Do You Love Me? (Emphasis Added)

In reading the biblical passage when Jesus asks Simon Peter three times, “Do you love me?” (John 21:15-19), it brought to mind this question: where was the emphasis on the sentence? Did Jesus emphasize the same word for all three times, or were there different meanings each time He asked the question? How would you answer that question from your spouse depending on the emphasis?

Do you love me? Of course your spouse is loved by others. First and foremost, God has always loved your spouse, even before you came along. And then there may be parents, kids, other family members and friends who love your spouse. But does your spouse really feel that you love them?

Do you love me? Of course you love your spouse. You got married didn’t you? But sometimes we mistake our emotions for true love. Sure, we feel love, we fall in love, but deep long lasting love requires more than the emotions. It requires work and sacrifice. The emotions are what bring you together and they are the icing on the cake, but you must develop the deeper part or there is no cake under the icing. Does your spouse know that you really love them?

Do you love me? Of course you love your spouse. If you didn’t, you would have pledged your devotion to another. But one of things that is a BIG issue with remarriage, is that we bring along baggage, this includes the EX. Remarriages have to deal with the fact that there was another person. In order to survive and thrive, there can be no question that what you feel for your spouse, you do not feel for anyone else. You must make sure that your spouse is without any doubt that you love them.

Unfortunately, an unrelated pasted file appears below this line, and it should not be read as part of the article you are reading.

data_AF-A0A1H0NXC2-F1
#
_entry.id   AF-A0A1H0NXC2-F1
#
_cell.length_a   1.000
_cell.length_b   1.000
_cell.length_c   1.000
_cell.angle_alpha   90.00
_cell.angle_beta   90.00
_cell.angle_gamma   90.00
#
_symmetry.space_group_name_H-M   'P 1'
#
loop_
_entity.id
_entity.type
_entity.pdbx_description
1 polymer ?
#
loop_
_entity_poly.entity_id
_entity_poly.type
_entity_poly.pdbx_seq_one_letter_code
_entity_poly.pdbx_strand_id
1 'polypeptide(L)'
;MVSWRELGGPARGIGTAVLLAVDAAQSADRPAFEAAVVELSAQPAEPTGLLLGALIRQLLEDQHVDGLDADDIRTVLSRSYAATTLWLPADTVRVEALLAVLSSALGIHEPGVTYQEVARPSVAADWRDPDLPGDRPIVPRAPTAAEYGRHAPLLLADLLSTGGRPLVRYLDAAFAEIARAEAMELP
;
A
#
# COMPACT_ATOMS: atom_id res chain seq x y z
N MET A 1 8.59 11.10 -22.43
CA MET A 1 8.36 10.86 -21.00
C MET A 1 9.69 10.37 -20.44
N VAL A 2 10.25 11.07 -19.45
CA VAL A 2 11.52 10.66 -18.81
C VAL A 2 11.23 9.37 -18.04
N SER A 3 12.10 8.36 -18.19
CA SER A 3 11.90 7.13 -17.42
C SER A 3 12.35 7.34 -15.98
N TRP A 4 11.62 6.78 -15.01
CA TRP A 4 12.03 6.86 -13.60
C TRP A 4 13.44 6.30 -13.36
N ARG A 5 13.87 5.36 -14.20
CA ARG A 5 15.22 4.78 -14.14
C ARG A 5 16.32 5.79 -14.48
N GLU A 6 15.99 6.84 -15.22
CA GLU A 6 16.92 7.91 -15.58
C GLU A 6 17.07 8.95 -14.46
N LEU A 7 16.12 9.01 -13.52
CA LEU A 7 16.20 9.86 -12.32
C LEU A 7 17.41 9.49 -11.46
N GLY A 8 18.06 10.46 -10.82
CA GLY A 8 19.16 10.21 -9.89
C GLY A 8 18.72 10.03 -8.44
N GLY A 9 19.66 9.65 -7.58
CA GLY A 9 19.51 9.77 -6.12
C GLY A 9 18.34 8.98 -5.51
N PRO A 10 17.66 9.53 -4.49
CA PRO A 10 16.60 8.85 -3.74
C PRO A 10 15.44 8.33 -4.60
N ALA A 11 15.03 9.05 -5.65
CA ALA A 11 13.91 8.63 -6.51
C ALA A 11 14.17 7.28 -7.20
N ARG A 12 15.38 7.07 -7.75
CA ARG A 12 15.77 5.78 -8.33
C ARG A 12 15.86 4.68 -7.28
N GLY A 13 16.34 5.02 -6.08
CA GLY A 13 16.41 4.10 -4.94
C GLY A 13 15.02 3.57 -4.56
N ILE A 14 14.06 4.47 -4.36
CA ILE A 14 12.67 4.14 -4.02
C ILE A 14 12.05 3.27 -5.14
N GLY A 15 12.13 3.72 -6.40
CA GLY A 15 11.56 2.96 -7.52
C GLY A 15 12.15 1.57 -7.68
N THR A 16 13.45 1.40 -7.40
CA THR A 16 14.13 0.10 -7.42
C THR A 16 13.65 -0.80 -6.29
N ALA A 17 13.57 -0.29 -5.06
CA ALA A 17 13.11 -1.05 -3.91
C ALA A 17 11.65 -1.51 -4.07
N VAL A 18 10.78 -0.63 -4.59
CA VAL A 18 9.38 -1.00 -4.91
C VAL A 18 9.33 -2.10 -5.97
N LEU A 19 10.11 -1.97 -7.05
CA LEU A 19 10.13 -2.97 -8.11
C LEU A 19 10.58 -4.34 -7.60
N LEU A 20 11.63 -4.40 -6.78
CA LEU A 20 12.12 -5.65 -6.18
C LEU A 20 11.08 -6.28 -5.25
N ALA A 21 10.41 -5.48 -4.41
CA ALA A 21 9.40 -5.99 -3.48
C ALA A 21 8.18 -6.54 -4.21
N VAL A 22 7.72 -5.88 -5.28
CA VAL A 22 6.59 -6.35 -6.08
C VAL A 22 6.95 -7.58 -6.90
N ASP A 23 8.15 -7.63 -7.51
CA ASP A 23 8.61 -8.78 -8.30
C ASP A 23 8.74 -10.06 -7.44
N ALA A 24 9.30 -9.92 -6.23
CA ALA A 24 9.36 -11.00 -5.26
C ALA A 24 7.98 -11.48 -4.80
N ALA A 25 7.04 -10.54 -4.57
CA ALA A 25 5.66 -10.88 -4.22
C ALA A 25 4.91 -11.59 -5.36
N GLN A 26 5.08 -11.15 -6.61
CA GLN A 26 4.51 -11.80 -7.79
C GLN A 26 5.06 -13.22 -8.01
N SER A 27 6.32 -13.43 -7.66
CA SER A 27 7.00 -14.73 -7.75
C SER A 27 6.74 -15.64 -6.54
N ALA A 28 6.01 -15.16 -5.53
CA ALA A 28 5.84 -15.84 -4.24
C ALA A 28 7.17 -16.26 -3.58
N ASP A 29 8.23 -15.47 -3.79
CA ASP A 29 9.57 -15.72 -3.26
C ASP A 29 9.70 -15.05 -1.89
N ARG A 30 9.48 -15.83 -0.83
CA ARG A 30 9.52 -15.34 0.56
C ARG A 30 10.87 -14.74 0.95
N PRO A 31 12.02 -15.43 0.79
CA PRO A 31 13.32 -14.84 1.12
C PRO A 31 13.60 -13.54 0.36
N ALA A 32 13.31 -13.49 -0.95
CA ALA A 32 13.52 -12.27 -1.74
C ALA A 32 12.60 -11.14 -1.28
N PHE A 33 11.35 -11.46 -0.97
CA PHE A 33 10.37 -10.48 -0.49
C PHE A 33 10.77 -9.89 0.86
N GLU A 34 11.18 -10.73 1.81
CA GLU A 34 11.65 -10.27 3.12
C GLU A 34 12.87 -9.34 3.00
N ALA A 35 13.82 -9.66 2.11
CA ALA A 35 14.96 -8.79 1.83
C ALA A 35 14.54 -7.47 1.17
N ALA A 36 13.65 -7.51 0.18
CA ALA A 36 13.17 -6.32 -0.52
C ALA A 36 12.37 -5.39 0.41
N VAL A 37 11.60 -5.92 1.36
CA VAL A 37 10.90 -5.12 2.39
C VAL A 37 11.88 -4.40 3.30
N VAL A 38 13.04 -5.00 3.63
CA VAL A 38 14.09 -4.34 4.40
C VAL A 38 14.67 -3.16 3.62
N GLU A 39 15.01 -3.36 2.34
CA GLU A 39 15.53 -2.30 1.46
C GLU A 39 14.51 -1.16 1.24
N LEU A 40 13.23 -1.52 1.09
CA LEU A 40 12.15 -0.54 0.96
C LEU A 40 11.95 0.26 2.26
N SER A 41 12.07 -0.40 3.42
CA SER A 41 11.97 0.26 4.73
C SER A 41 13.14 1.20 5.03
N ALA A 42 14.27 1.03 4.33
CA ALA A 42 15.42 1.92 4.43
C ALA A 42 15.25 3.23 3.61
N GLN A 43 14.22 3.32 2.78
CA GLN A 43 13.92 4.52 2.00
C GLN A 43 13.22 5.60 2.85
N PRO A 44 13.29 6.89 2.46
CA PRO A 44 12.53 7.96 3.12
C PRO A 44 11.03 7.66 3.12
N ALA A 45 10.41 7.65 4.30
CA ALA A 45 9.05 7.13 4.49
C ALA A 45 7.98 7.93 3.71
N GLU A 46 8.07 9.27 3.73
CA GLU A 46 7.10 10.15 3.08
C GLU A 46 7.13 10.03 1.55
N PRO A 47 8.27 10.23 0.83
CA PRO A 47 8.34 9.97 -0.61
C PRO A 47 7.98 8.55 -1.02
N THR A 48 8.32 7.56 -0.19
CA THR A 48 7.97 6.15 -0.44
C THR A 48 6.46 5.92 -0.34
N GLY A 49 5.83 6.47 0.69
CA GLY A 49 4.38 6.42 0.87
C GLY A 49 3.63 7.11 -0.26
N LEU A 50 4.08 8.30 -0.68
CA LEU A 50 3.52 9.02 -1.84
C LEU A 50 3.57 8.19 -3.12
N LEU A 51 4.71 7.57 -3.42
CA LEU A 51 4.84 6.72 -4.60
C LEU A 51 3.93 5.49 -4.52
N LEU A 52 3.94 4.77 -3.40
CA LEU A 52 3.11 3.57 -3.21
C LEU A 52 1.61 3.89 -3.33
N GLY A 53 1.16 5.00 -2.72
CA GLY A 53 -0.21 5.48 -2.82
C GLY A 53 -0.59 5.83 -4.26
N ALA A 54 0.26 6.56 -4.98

4 thoughts on “Do You Love Me? (Emphasis Added)

  1. I so identify with Kyle. Marrying someone from a different religion even though they’re both Christian makes a difference too. I miss worshiping together. That spiritual connection I thought I had before. I do not have that with my current new husband. I identify with the feeling of the whitewashed tombs, doing and saying into being all that others expect me to be. It is draining my soul making me depressed and not being the person I was even five years ago. Marrying because I was loved, not because I necessarily love. No one advised me of that danger. All I got I was “I’m so glad you have someone who loves you for real this time.” I don’t remember anyone ever asking if I loved him back.

    1. It is very difficult when you marry for reasons other than the right ones. One of the many reasons that we have divorce in our past is due to that very thing. Our success in our marriage today comes from the decisions we make to make God the priority. We wholeheartedly believe (and have experienced), that when you build up your relationship with God, He will work mightily in your life and your marriage. Thank you for sharing with us Melissa. We pray that God will heal your soul and help you be what He wants you to be.